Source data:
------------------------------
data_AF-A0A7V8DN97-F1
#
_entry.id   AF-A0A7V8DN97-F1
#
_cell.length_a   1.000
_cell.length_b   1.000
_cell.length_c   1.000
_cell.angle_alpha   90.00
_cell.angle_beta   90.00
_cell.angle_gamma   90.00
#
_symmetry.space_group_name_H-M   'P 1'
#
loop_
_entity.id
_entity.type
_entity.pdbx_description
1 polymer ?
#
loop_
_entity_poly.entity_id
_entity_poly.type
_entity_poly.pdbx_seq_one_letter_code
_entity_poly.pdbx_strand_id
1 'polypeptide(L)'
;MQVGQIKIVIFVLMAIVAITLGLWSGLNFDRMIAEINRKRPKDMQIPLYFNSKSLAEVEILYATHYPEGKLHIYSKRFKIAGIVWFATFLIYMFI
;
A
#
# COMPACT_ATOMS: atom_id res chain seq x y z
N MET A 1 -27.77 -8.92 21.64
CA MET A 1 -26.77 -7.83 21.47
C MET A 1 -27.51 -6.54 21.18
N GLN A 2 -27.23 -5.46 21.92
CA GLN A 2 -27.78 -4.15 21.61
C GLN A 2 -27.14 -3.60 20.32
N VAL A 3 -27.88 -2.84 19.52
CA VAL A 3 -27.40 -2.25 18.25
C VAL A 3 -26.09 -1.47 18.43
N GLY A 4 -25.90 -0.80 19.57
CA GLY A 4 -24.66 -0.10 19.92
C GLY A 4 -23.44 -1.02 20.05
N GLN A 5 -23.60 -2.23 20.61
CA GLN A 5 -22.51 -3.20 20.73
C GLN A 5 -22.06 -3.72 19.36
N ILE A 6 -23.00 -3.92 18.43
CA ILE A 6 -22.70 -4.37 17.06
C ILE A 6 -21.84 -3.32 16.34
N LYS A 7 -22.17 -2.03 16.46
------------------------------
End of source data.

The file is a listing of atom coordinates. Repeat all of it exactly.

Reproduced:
data_AF-A0A7V8DN97-F1
#
_entry.id   AF-A0A7V8DN97-F1
#
_cell.length_a   1.000
_cell.length_b   1.000
_cell.length_c   1.000
_cell.angle_alpha   90.00
_cell.angle_beta   90.00
_cell.angle_gamma   90.00
#
_symmetry.space_group_name_H-M   'P 1'
#
loop_
_entity.id
_entity.type
_entity.pdbx_description
1 polymer ?
#
loop_
_entity_poly.entity_id
_entity_poly.type
_entity_poly.pdbx_seq_one_letter_code
_entity_poly.pdbx_strand_id
1 'polypeptide(L)'
;MQVGQIKIVIFVLMAIVAITLGLWSGLNFDRMIAEINRKRPKDMQIPLYFNSKSLAEVEILYATHYPEGKLHIYSKRFKIAGIVWFATFLIYMFI
;
A
#
# COMPACT_ATOMS: atom_id res chain seq x y z
N MET A 1 -27.77 -8.92 21.64
CA MET A 1 -26.77 -7.83 21.47
C MET A 1 -27.51 -6.54 21.18
N GLN A 2 -27.23 -5.46 21.92
CA GLN A 2 -27.78 -4.15 21.61
C GLN A 2 -27.14 -3.60 20.32
N VAL A 3 -27.88 -2.84 19.52
CA VAL A 3 -27.40 -2.25 18.25
C VAL A 3 -26.09 -1.47 18.43
N GLY A 4 -25.90 -0.80 19.57
CA GLY A 4 -24.66 -0.10 19.92
C GLY A 4 -23.44 -1.02 20.05
N GLN A 5 -23.60 -2.23 20.61
CA GLN A 5 -22.51 -3.20 20.73
C GLN A 5 -22.06 -3.72 19.36
N ILE A 6 -23.00 -3.92 18.43
CA ILE A 6 -22.70 -4.37 17.06
C ILE A 6 -21.84 -3.32 16.34
N LYS A 7 -22.17 -2.03 16.46